Looking past COVID to the
For the safety and security professionals, 2020 presented a new challenge. When COVD-19 hit, it impacted our country with unprecedented response efforts at all levels. Unlike traditional disasters, Health took the lead, and many of our healthcare providers, paramedic services and health emergency managers were put to the test. We witnessed planning, response, and even some ebb and flow recovery as case numbers fluctuated in each province throughout the year. Traditional healthcare plans, emergency responses and even emergency management strategies had to be quickly modified and adapted to the new threat.
It would seem that Mother Nature did not get the memo to stop working and isolate. Natural events kept coming, and responders continued to engage during and after hurricanes, blizzards, tornadoes, floods and forest fires. Human-caused incidents also continued. We saw civil unrest, violence and domestic threats continue to impact communities, regardless of the pandemic.
Throughout these natural and human-caused incidents, Canada’s safety and security sector modified traditional emergency strategies in order to adapt to the new threat; they could not simply open traditional EOCs or Reception Centres during the pandemic.
We saw police, fire and paramedic services adapting to new operational requirements as they responded to calls for service. Also, as Nova Scotia fought against COVID-19 they were impacted by a Black Swan event; the worst mass murder in Canadian history. Looking for a killer who murdered 22 Nova Scotians, the manhunt lasted 13 hours.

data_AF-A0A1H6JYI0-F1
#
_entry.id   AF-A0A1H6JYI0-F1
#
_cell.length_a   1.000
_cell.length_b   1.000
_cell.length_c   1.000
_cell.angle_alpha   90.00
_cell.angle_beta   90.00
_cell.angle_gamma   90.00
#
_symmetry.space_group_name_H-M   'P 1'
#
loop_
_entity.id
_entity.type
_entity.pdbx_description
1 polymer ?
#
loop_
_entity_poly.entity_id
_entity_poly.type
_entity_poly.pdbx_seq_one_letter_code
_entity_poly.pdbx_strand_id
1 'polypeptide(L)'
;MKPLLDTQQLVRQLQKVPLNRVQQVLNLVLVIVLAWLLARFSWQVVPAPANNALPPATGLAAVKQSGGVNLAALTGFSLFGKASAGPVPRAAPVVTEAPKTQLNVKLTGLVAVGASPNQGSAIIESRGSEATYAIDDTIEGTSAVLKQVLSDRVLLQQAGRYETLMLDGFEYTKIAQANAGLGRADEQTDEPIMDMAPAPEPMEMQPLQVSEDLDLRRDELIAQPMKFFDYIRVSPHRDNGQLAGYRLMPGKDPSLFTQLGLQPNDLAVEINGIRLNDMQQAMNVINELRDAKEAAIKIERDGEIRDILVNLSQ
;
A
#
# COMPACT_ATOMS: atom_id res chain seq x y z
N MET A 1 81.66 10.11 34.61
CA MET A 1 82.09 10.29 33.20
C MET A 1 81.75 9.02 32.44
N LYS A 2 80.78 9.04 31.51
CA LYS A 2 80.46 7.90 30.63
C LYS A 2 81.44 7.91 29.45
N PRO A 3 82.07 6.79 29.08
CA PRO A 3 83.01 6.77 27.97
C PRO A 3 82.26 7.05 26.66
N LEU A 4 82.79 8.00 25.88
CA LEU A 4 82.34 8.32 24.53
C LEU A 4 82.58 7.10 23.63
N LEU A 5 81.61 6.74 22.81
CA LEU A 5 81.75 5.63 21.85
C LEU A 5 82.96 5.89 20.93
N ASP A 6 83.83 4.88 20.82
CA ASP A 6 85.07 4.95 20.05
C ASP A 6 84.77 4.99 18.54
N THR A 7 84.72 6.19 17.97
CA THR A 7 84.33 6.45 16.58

Battling through more than 18-months to date, it became obvious that there was no way to “escape” the issues. Under normal circumstances, people could leave work and get away from the stresses put on them. However, with COVID-19, the stresses never took a back seat once back at home. There were no vacation opportunities, no external entertainment, no dining out, no nights with friends. But there was continued concern for their own family’s safety and wellness.
Many individuals were impacted directly by illness, or witnessed family and friends becoming sick. We were kept from socializing with others and even the simplest of tasks, such as grocery shopping, required a plan and PPE (personal protection equipment).
In the Spring/Summer edition of FrontLine Safety and Security, we have focused on non-pandemic articles. While COVID-19 has been a big a part of our collective work for over a year, we are cognizant that other day-to-day operational requirements need to continue and we have put together an edition to learn from. You will read informative articles on the current state of Investigative Interviews, Fatality Management, Gang Law Enforcement, Firearms Control, Crisis and Emergency Management, Security and Organizational Resilience, and the challenges of combatting Foreign-sponsored Disinformation. FrontLine is also excited to provide an inside look Canada’s latest state-of-the-art Operational Communications Centre; the RCMP H Division’s OCC in Halifax.
I cannot say enough how proud I am of our safety, security, heath care, first responders, emergency managers, military and frontline workers across the country and internationally. Thank you is not enough for their endless service throughout this very difficult year.
P.B. (Pascal) Rodier,
MStJ, MA, CEM, PCP, SAS
Executive Editor, FrontLine Safety & Security